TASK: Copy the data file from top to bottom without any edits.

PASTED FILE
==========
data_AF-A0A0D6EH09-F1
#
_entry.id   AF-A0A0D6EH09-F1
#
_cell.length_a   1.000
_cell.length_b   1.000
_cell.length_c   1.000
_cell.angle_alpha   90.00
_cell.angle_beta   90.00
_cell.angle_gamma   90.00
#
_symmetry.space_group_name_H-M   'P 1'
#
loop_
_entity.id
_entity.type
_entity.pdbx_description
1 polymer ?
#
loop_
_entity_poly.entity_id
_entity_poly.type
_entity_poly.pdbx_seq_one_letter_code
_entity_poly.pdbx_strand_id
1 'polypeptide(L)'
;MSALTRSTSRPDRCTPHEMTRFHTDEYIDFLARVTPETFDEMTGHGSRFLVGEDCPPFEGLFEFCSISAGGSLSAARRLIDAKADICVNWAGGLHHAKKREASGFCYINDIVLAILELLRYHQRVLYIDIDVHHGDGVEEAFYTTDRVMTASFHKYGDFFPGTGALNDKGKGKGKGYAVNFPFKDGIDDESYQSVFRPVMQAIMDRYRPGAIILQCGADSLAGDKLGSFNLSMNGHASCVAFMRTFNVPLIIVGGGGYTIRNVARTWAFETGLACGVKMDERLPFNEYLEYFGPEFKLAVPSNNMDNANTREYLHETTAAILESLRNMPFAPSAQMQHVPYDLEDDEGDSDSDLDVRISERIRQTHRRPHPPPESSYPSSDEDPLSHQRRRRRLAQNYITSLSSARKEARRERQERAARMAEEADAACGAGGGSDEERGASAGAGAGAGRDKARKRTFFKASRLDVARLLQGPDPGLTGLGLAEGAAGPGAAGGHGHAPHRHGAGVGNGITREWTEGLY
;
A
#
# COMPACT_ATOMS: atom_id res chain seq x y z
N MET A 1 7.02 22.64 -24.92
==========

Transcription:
data_AF-A0A0D6EH09-F1
#
_entry.id   AF-A0A0D6EH09-F1
#
_cell.length_a   1.000
_cell.length_b   1.000
_cell.length_c   1.000
_cell.angle_alpha   90.00
_cell.angle_beta   90.00
_cell.angle_gamma   90.00
#
_symmetry.space_group_name_H-M   'P 1'
#
loop_
_entity.id
_entity.type
_entity.pdbx_description
1 polymer ?
#
loop_
_entity_poly.entity_id
_entity_poly.type
_entity_poly.pdbx_seq_one_letter_code
_entity_poly.pdbx_strand_id
1 'polypeptide(L)'
;MSALTRSTSRPDRCTPHEMTRFHTDEYIDFLARVTPETFDEMTGHGSRFLVGEDCPPFEGLFEFCSISAGGSLSAARRLIDAKADICVNWAGGLHHAKKREASGFCYINDIVLAILELLRYHQRVLYIDIDVHHGDGVEEAFYTTDRVMTASFHKYGDFFPGTGALNDKGKGKGKGYAVNFPFKDGIDDESYQSVFRPVMQAIMDRYRPGAIILQCGADSLAGDKLGSFNLSMNGHASCVAFMRTFNVPLIIVGGGGYTIRNVARTWAFETGLACGVKMDERLPFNEYLEYFGPEFKLAVPSNNMDNANTREYLHETTAAILESLRNMPFAPSAQMQHVPYDLEDDEGDSDSDLDVRISERIRQTHRRPHPPPESSYPSSDEDPLSHQRRRRRLAQNYITSLSSARKEARRERQERAARMAEEADAACGAGGGSDEERGASAGAGAGAGRDKARKRTFFKASRLDVARLLQGPDPGLTGLGLAEGAAGPGAAGGHGHAPHRHGAGVGNGITREWTEGLY
;
A
#
# COMPACT_ATOMS: atom_id res chain seq x y z
N MET A 1 7.02 22.64 -24.92